Thank you. On behalf of the State Department, I am delighted to be here this evening for the National Endowment for Democracy’s “Democracy Award.” Thank you to the Members of Congress, the representatives from human rights organizations and especially NED Chairman Gephardt.
To our two honorees, Zahraa Said and Jamel Bettaieb, let me say what a privilege it is to join NED in honoring you this evening.
What you and countless other citizens of Tunisia and Egypt set into motion over the past few months changed history. You broke through a barrier of fear and brought long-sought freedoms to your countries, capturing the imagination of the region and the world. Many in this room can take pride in the support offered to civil society over many years—and rightly so. But these revolutions are not about us. They are by, for, and about the brave and determined citizens who created them.
Tonight’s honorees are each accomplished activists in their own right. They are also symbols of the struggle, the sacrifices and the hopes of millions of people around the world for universal rights and universal freedoms.
Zahraa Said lost her brother, Khaled, in June of 2010. And before I talk about what your brother’s death meant for Egypt, let me first say once again how sorry we are for your loss.
Pulled by police from an Internet café, photographed at a morgue, Khaled’s story came to crystallize a nation’s outrage. Instead of allowing grief to overcome her, Zahraa used the skills she had at her disposal to honor her brother’s memory. She joined her fellow citizens in a struggle for justice. And she helped to launch an online network of individuals who shared her hopes for Egypt’s future.
The Facebook page “We Are All Khaled Said” inspired thousands of Egyptians, and people across the region, to lay claim to their rights. And in the process, as Egypt was transformed, so was the memory of Khaled Said: from a victim of brutal oppression, he became a rallying cry for a new and better Egypt.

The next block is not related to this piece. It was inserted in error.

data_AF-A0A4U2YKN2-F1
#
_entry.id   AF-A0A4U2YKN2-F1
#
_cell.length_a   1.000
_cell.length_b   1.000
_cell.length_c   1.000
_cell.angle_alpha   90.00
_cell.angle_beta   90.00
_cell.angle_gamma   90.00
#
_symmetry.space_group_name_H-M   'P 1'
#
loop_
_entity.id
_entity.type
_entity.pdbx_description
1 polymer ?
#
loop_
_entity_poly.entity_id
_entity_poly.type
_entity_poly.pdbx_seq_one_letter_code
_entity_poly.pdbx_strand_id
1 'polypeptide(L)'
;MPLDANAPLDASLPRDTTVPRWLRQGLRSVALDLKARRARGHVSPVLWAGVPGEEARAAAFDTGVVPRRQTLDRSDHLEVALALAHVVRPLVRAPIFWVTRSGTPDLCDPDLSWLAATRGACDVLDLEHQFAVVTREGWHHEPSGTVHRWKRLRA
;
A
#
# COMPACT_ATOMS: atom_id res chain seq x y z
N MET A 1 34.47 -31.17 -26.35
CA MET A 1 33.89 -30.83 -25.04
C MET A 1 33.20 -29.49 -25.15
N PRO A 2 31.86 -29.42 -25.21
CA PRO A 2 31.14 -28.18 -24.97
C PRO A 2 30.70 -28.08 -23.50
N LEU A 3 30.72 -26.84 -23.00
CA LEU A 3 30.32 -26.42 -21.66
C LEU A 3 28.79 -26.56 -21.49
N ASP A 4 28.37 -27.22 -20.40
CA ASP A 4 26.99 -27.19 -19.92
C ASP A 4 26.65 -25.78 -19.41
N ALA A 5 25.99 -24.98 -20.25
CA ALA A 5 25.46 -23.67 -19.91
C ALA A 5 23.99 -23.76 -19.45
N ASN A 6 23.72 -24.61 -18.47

Today we honor your brother’s memory and we celebrate you and your work.
Last December, a desperate Tunisian street vendor—tired of too many indignities and too many lost hopes—set himself on fire. That single act, at once tragic and noble, sparked revolutions which are still sweeping an entire region and inspired an entire generation. One of the first to act on that inspiration was Jamel Bettaieb.
He was active in organizing the protests that launched the Tunisian revolution and the Arab spring. He is an activist, a blogger, a trade unionist and a teacher. And he remains a strong voice in promoting Tunisia’s democratic transition.
Mohammed Bouazizi and Khaled Said were not the first people in their countries to experience injustice—but we cannot deny the profound, historic shifts that they set in motion.
We knew, as Secretary Clinton warned in Doha, that demographic, economic and technological forces would eventually unleash change in the Middle East. What we did not know was how or when.
It was the courage of young people—harnessing the tools of twenty-first-century technology—that ultimately tipped the balance. Egypt and Tunisia needed young people like Khalid Said and Mohammed Bouazizi to begin their revolutions, and today they need young people like Zahraa Said and Jamel Bettaieb to keep them on track.
Our own American revolution, over 230 years old, remains a work in progress—and certainly the same can be said of Egypt and Tunisia.
The Arab spring is a story that is still being written. It is not over in Egypt and Tunisia, where the hard work of building democratic institutions and building economic hope remains ahead. It is not over in Syria and Libya, where leaders may be able to delay the changes underway with violence, but where there is no going back to the way things were. And it is not over in Bahrain, Morocco, and Jordan, where broad and peaceful dialogue is still the only path for meaningful progress.
Before the Arab spring began, I once heard the story of a young Egyptian girl who told her father that, when she grew up, she would devote her life to bringing democracy to Egypt. Her father replied a little cynically: “good, at least this way you will always have a job to do.” The young activists of the Arab spring didn’t wait to grow up to bring democracy to their countries. They accomplished in months what their elders struggled to do for decades. But the father had a point: there remains a job to do—in Egypt, in Tunisia and everywhere—to help people claim their rights, consolidate their freedoms and realize their aspirations.
Zahraa, Jamel, we honor you for doing just that. We are inspired by your progress, grateful for your presence tonight, and determined to support your efforts to build a just and hopeful future. Thank you.